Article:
Meat wholesalers have hit back at criticism over a lack of transparency in the beef supply chain, and say that far from making profits, many processors are currently struggling to make any margin at all.
The farmers’ union has repeatedly voiced its frustration with the processing sector since beef prices started falling at the outset of the Covid-19 crisis, but now processors have spelled out the impact on their own businesses of a disrupted marketplace whch has no hotel, restaurant, catering or event outlets.
Martin Morgan, the executive manager of the Scottish Association of Meat Wholesalers (SAMW) said at least 15% of pre-Covid sales outlets for beef had vanished.
“Many of our members’ plants are now operating to a reduced schedule with one business manager reporting that he’s cut the weekly throughput of cattle by 30% since the Covid-19 lockdown began,” he said.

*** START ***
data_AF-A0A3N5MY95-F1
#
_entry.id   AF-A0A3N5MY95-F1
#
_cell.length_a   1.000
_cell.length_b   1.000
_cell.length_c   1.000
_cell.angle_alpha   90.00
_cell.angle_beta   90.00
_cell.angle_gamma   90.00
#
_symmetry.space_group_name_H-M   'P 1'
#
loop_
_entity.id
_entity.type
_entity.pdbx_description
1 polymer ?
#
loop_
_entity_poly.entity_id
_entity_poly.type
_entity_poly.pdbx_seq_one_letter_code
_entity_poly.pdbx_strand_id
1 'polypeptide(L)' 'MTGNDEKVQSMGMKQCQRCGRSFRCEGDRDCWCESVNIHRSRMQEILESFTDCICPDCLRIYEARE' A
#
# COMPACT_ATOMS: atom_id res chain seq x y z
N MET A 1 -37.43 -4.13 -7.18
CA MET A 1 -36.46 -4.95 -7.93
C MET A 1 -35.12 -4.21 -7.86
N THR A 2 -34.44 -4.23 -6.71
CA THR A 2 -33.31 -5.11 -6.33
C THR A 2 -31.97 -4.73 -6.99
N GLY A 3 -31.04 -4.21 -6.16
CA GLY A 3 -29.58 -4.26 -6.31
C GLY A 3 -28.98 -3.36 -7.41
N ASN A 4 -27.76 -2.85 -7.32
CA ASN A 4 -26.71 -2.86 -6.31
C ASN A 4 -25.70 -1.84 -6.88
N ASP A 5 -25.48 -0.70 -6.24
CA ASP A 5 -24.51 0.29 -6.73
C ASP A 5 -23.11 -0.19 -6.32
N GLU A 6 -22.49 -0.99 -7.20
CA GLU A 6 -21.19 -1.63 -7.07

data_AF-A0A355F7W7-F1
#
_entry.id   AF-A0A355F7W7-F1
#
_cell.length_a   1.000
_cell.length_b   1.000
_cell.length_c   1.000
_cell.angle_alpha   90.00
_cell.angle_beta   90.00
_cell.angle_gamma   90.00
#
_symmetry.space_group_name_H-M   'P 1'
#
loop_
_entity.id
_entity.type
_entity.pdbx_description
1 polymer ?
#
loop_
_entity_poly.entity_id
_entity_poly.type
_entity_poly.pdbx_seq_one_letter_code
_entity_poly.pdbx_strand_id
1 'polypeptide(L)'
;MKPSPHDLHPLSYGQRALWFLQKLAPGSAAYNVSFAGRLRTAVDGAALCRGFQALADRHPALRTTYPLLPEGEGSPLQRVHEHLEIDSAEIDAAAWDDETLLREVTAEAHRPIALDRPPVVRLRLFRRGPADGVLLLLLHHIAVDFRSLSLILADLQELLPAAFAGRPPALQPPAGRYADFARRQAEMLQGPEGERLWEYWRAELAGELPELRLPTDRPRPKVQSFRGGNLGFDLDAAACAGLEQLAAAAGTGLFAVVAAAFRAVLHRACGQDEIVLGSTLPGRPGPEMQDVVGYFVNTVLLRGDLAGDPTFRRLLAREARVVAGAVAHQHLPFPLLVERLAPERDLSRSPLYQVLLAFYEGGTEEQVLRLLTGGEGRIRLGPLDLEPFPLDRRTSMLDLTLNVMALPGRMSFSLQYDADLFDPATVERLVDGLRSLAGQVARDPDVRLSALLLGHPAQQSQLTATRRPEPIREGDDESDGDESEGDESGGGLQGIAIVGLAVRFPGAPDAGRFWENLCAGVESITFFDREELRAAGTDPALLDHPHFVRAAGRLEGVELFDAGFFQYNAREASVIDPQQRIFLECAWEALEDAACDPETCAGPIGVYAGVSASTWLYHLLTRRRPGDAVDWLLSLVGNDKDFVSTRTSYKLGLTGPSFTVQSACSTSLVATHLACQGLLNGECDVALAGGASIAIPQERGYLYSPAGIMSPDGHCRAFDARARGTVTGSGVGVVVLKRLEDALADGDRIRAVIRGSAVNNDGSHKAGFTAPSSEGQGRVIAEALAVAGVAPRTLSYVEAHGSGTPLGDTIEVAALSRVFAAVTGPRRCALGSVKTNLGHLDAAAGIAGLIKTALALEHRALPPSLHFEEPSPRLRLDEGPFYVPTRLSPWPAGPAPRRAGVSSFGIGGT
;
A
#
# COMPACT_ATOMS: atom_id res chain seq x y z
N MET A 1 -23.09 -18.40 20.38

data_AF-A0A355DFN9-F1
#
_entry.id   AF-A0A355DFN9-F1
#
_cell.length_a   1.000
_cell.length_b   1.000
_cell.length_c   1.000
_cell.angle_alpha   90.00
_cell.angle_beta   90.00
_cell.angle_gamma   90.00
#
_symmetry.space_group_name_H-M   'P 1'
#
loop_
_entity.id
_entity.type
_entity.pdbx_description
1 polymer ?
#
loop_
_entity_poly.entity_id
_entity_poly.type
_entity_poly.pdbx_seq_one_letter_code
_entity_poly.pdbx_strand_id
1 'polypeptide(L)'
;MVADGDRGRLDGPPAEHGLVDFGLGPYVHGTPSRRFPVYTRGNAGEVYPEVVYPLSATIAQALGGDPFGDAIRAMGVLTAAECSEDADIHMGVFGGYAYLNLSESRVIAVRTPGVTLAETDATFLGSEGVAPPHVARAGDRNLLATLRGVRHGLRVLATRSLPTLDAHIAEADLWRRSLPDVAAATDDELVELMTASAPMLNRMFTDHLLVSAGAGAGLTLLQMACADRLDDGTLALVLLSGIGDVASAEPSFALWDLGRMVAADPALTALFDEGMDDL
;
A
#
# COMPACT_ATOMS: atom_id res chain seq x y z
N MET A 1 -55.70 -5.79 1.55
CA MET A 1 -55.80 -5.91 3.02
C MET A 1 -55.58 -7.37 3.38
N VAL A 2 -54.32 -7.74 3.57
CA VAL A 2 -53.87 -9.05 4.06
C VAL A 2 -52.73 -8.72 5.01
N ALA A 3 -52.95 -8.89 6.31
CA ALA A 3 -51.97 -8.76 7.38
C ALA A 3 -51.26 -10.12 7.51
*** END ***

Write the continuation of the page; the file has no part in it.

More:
“The harsh reality of today’s lopsided market is that most member companies’ cold stores are almost completely full with traditional high-value cuts that cannot find a buyer. While high demand for mince and roasting joints is clearly welcome, the collapse in demand for high end steaks is creating an extremely costly carcase imbalance.
“To account for lost sales of high value products, the retail price of mince would need to be increased sharply to return cattle values to pre-lockdown levels.”
Meanwhile, the farmers’ union has continued to emphasise that farm gate prices for prime Scotch beef are languishing at an unsustainable level.
Union president Andrew McCornick has written to the UK Government calling for more transparency on the wholesale value of every part of the carcase, and repeating his warning that “fairness without profiteering” in the beef chain must be prioritised.